Love, Family

7 Reasons Not To Propose To The One You Love At A Family Party

A man gets down on one knee surrounded by rose petals spelling out "I heart you" to propose to his girlfriend that he loves and give her an engagement ring at a New Year's Eve party in front of her family and friends.

If you're thinking about proposing to someone you love, it can be pretty intimidating. You have to get a ring, you have to plan out the actual proposal and you also have to hope that she (or he!) says yes. Also, you probably want to set up an engagement party of some sort, because if she says yes she'll want to celebrate. If she says no, then you can at least make her feel bad about ruining a party.

You have to find that right balance of making it romantic and also a big deal, but not too big of a deal that it's not intimate. If you're thinking about getting engaged around the holidays, you're probably thinking, "Oh, I'll do it at her family Christmas party!" or "I'll pop the question on New Year's Eve!"

Makes sense, right? Her family is going to be there, it'll make Christmas or the stroke of midnight on January 1, 2015 extra special. Sounds good, right?

No, it isn't, you idiot. You're terrible at planning things. Don't propose at a family party of any kind. I shouldn't have to explain why, but I'm going to anyway.

1. It's not supposed to be about you.
Family parties and gatherings, whether they're attached to a holiday or not, are supposed to be about everyone. That's the entire point, for the whole family to get together. When you choose this moment to propose, you're trying to steal the spotlight just for yourself, and then it throws off the vibe all night.

2. It's not going to be about you anyway.
It's like you're trying to steal the spotlight, but there's still no spotlight. As soon as the proposal is done, everyone else is going to go back to their own lives. For guys, that's not really a big deal. It's different for girls. Girls take getting engaged a little bit more seriously than guys do. Ask any scientist, they'll agree with me. That's why when a couple gets engaged, they have an engagement party. It's a party for her to be the center of attention, and everyone's showing up for that reason.

Proposing at a New Year's Eve party may seem nice, but I'm still there for New Year's Eve, just like if you propose at a family Christmas party, I'm still there for Christmas and Christmas alone. I know that most of my gifts are socks, but I'm still more excited for them, and also dinner, then someone else's engagement. I'm here for socks and ham, and unless that's what your ring is made out of, I don't care about it.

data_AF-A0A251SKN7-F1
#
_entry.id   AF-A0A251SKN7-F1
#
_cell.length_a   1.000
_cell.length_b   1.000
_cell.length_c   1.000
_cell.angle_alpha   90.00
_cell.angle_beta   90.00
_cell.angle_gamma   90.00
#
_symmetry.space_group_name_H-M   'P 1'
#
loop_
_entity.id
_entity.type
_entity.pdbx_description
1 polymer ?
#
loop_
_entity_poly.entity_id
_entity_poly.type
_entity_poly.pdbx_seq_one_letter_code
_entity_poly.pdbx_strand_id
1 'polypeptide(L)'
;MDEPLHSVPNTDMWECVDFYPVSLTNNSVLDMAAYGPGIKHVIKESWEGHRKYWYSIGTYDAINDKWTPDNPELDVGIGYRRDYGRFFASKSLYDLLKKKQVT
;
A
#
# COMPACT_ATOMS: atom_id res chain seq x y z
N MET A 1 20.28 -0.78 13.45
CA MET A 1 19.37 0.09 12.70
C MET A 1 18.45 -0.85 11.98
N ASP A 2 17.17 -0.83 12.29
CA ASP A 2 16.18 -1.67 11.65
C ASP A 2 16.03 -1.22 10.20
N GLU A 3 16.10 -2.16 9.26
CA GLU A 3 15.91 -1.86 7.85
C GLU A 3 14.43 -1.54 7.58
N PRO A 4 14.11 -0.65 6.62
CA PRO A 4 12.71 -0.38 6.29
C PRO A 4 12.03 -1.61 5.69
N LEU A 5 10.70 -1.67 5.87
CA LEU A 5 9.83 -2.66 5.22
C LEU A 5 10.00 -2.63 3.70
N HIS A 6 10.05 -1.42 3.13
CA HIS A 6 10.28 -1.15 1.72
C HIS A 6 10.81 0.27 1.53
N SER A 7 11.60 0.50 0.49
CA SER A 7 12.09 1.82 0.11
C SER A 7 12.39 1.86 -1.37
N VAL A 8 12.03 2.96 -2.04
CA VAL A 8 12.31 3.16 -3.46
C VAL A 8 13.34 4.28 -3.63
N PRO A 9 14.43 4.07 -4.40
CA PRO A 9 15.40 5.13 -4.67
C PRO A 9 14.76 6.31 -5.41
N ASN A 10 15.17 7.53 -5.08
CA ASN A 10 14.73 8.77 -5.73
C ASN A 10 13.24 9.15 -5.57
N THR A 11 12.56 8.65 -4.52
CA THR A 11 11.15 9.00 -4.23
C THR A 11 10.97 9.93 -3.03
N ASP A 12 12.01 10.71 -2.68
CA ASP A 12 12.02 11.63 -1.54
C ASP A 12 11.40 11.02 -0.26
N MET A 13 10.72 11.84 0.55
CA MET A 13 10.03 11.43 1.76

3. It's lazy.
When it comes down to it, proposing at an event like this is lazy. Instead of setting up something yourself, you're just attaching your proposal to an already existing party. It's like going "Happy New Year, oh and also, you wanna get married?" That's about as romantic as farting during brunch.

Seriously, if this girl isn't even worth planning a Saturday around, should you really be marrying her? If the thought of calling all her friends and family to plan an engagement party sounds like too much work, then how are you going to feel about planning the wedding? Is the wedding just going to a part of the Fourth of July barbecue?

4. If it goes wrong, you just ruined the holiday for everybody.
You have to take it into account that there's always a possibility that she'll say no. If she does, and it happened during New Year's, well guess what? We all have to live with that now. She said no to you, and to having a happy New Year. Way to go, buddy, you just ruined a holiday.

5. If it goes right, you just ruined the holiday for everybody.
Congrats, she said yes! Well guess what? You still ruined New Year's Eve! Now everything else is going to seem kind of lame. Other people made arrangements that they hopefully put some thought into, and now they all seem lame. And if you proposed on Christmas, you're even worse. Those socks I mentioned before? Before the proposal they would've seemed like a message about someone caring about my feet and how comfortable and dry they are. Now, they're just socks, and they're just going to leave me and I'm going to die without these socks in my life, just like everyone and everything else leaves me. Thanks for doing that.

6. It puts everyone on the spot.
Unless you're the only unwed people at this party, you're making it really weird for all of the single people at the party. And you're making it especially awkward for any couples that are there. Sure, you'd invite couples to an engagement party, but in that situation, they know what they're walking into. They can brace themselves. Here, you're just thrusting them into an awkward conversation about marriage, when all they were ready to talk about was ham. Ham is delicious, we can all agree on that. How many kids do we want to have? I don't know, that's a lot more complicated than ham.

7. You can't control who's there.
At an engagement party, you control the guest list. At a family gathering or someone else's party, the guest list is out of your hands. There are aunts and uncles and cousins and nephews, and I guarantee that at least one of them doesn't care about your love at all. Maybe someone just got dumped, and now you're waving love right in their face. Maybe someone else is just a jerk and decides that during the proposal is the perfect time to fart. Every family has a farter. They have a right to be at the party, and now there's a fart as a part of your proposal. Very romantic.